New York Republican Chairman Nick Langworthy said Monday he doesn’t expect President Donald Trump to win New York in this year’s election, but that his name on the ballot will help candidates down-ballot in several key swing districts around the state.
Langworthy made the comments after filing papers with the state Board of Elections in Albany for Trump to officially run for reelection in New York, which he lost in 2016.
“I don’t think New York is one of the first states to break. Obviously we’re pretty dark blue,” Langworth said.
“But in places where we’re running competitive races around the state — for Congress, for State Senate for state Assembly — those are all areas where President Trump performed extremely well in 2016, and he’s going to do it again in 2020,” he continued.
Langworthy was responding to a poll released earlier Monday from the Siena Research Institute, which said that Trump was projected to lose in a head-to-head match in New York with any of top Democrats running for president this year.
The poll placed Sen. Bernie Sanders, D-V.T., at the head of the pack, with 25% of registered Democrats polled saying they planned to vote for him in this year’s primary. Former New York City Mayor Michael Bloomberg was close behind, with 21% of the vote from respondents.
Langworthy predicted that if Sanders was the Democratic nominee this year, his support for democratic socialism would kill the party’s chances to hold on to crucial swing districts, and gain ground on others.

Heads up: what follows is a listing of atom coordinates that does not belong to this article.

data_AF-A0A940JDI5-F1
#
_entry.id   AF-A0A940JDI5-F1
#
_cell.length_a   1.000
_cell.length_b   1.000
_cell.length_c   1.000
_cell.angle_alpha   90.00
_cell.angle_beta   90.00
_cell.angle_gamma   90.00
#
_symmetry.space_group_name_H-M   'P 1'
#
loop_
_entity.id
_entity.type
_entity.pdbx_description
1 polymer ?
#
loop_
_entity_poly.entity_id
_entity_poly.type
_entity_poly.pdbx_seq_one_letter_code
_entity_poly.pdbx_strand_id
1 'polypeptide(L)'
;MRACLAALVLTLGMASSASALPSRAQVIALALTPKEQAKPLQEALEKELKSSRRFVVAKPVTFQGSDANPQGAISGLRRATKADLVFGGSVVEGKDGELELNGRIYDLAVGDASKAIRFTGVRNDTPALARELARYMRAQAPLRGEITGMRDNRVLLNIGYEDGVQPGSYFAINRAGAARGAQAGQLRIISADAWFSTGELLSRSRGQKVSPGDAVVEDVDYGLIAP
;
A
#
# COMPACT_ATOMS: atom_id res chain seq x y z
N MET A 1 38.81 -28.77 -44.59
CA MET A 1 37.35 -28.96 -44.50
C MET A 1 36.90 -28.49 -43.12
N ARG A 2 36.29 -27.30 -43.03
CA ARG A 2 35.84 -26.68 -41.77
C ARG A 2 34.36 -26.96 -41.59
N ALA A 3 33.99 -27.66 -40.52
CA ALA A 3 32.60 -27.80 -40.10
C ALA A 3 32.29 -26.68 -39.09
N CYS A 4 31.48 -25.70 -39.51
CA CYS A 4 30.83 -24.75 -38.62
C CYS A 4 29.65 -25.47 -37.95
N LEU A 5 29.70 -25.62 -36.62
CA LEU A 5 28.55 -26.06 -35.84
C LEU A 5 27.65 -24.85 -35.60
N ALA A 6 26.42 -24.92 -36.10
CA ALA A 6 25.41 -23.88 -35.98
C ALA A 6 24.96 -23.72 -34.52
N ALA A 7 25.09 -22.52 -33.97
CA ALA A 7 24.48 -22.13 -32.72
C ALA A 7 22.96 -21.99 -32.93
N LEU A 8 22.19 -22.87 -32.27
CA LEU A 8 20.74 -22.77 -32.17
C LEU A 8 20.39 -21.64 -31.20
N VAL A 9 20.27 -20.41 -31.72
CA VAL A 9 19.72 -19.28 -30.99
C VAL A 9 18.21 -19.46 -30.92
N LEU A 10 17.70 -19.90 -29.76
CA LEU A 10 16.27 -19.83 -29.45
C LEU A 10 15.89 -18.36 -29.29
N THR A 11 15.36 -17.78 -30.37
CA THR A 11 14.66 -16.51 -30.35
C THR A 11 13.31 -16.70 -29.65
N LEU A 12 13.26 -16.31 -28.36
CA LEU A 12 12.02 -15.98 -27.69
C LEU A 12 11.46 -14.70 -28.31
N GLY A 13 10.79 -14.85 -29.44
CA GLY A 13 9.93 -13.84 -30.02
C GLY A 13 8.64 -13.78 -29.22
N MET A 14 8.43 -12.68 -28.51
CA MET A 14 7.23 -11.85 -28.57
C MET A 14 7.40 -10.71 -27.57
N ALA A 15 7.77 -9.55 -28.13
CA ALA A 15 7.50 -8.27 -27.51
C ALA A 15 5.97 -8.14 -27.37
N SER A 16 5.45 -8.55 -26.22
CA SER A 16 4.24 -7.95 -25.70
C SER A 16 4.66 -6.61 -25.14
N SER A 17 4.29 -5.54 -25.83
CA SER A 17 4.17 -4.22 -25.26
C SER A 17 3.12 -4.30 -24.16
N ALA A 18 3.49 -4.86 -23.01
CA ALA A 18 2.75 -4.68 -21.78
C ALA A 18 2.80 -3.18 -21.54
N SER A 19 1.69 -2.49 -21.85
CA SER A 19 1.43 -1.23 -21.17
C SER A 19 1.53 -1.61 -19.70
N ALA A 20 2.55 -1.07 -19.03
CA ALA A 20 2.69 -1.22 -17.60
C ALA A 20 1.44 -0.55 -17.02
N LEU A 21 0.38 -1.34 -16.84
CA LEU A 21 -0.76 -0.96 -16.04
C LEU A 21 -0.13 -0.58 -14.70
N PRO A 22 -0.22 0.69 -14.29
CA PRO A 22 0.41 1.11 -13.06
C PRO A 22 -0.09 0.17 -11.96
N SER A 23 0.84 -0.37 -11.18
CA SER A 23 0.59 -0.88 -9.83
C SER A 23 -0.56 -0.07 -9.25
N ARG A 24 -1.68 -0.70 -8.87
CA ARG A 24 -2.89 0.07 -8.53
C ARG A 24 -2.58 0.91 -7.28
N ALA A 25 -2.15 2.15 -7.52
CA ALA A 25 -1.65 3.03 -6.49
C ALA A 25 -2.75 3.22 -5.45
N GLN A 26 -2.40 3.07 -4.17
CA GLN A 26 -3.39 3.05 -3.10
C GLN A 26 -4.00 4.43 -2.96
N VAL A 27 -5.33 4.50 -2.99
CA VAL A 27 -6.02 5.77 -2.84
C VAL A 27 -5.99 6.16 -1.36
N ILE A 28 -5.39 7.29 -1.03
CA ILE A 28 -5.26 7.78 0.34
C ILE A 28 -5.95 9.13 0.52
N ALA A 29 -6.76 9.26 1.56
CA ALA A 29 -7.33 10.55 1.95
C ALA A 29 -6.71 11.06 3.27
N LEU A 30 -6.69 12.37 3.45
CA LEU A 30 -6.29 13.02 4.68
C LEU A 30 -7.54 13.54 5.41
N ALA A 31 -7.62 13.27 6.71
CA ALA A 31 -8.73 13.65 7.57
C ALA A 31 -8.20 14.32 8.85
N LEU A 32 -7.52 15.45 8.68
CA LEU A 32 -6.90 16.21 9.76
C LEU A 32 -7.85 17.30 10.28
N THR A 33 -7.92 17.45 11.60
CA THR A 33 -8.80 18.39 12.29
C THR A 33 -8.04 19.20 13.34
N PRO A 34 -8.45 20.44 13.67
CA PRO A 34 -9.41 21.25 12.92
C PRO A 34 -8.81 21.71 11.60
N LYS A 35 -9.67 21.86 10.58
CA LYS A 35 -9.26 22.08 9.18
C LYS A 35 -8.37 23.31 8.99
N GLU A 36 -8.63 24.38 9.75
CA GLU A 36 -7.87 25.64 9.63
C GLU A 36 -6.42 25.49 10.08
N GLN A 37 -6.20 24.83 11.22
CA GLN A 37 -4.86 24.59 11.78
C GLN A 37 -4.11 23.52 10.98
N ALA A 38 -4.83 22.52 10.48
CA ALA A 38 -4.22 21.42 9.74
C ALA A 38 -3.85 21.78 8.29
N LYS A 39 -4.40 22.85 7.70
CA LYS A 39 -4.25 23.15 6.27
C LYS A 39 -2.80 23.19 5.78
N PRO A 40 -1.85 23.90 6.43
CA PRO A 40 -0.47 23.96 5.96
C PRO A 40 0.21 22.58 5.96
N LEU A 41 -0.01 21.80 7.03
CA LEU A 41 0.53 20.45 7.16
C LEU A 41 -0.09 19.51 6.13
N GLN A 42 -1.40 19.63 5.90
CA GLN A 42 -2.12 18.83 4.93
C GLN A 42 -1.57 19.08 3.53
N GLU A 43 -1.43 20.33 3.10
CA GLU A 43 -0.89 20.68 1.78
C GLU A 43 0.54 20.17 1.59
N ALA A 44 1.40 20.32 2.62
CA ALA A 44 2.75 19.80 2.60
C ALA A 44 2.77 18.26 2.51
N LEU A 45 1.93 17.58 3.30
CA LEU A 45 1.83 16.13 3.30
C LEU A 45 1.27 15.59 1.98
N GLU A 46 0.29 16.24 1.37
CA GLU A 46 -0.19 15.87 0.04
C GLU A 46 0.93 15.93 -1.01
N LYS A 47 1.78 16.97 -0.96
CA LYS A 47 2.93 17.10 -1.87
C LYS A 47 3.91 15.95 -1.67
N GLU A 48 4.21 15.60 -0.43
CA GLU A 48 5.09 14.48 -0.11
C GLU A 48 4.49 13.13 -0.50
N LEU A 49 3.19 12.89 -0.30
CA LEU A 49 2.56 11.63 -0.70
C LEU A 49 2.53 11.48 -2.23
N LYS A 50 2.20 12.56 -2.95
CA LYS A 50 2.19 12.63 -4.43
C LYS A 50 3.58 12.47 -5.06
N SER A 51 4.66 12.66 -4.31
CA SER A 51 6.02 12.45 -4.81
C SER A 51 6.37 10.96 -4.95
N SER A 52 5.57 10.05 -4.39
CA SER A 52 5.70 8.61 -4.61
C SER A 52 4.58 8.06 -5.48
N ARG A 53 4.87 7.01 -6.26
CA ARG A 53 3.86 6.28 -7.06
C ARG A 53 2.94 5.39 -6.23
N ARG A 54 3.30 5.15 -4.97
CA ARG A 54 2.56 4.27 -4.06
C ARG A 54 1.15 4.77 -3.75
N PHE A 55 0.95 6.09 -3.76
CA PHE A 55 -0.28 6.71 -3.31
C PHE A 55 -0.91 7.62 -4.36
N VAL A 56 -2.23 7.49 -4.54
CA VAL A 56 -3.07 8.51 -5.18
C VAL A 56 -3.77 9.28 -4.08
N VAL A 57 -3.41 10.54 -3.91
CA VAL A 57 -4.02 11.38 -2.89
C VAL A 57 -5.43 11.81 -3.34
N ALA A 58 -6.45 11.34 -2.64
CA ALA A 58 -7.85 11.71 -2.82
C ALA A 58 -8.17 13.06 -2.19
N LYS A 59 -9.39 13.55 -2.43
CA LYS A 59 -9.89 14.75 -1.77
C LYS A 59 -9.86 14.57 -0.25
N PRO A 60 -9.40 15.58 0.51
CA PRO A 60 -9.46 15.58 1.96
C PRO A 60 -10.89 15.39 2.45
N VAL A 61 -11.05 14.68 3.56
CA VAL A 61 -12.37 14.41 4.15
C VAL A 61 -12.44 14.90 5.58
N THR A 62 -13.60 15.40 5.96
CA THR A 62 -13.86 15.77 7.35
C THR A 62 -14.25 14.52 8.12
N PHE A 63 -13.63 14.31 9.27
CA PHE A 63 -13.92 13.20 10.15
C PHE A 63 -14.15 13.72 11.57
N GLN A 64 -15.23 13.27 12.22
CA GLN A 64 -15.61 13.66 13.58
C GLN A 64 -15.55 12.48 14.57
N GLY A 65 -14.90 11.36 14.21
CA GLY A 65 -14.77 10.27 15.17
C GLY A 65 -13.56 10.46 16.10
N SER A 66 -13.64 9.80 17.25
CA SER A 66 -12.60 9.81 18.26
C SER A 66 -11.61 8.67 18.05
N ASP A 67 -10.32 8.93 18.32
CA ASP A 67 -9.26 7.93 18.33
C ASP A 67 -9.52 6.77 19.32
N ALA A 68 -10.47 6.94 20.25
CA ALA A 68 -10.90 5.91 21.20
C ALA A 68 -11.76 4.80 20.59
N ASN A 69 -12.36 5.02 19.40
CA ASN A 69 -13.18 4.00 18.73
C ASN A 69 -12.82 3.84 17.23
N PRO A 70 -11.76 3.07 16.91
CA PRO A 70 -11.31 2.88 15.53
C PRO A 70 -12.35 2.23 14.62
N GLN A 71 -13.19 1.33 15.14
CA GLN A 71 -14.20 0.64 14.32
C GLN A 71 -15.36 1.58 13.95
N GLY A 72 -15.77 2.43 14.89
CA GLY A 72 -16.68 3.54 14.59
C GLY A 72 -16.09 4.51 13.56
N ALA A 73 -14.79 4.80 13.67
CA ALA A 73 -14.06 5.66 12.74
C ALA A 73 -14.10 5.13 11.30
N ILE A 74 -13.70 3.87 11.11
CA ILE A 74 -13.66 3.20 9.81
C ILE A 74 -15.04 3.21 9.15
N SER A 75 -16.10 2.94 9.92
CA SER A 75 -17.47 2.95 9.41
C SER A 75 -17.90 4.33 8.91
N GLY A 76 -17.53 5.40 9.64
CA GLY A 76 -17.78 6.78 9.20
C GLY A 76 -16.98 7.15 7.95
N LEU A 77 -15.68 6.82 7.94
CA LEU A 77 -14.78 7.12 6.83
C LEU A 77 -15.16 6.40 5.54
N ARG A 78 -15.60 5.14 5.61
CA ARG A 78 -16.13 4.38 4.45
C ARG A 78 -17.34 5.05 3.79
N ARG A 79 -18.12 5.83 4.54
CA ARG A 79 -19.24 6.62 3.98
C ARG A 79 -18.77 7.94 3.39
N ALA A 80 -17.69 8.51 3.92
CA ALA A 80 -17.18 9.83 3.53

“These are areas where people are not socialists,” Langworthy said. “They don't subscribe to the [Alexandria Ocasio-Cortez] brand of politics. You’re going to see a huge rejection at the polls this November of that down ballot.”
While it’s unclear how Sanders would affect down-ballot races, his place at the top of the ticket likely won’t change the outcome of the presidential election in New York. The poll from Siena showed him leading Trump 56-38 in the general election among registered voters.
Langworthy said he wasn’t sure if Trump would be coming to New York to campaign for Republican candidates in swing districts, but that he was hopeful the president would make an appearance.
“I hope. I don’t know for sure — obviously time will tell on that, but we would certainly welcome him with open arms and would love to have him campaign for our candidates,” Langworthy said.
There are a handful of competitive districts in New York in this year’s election that could go to either party, including the 19th Congressional District in the Hudson Valley and the 22nd Congressional District in the Mohawk Valley and Southern Tier.
Those districts are currently held, respectively, by Rep. Antonio Delgado and Rep. Anthony Brindisi, both Democrats. Both districts were also carried by Trump in the 2016 election, and were held by Republicans prior to the 2018 election.
On Staten Island, Republicans are also trying to take back the 11th Congressional District, which is currently held by Rep. Max Rose. He won the seat over former Rep. Dan Donovan, a Republican who held the seat for two terms.
At the state level, Republicans are running this year to take back the majority in the State Senate, but that won’t be easy. Democrats currently have a nine-seat majority, and several incumbent Republicans have said they won’t run again this year.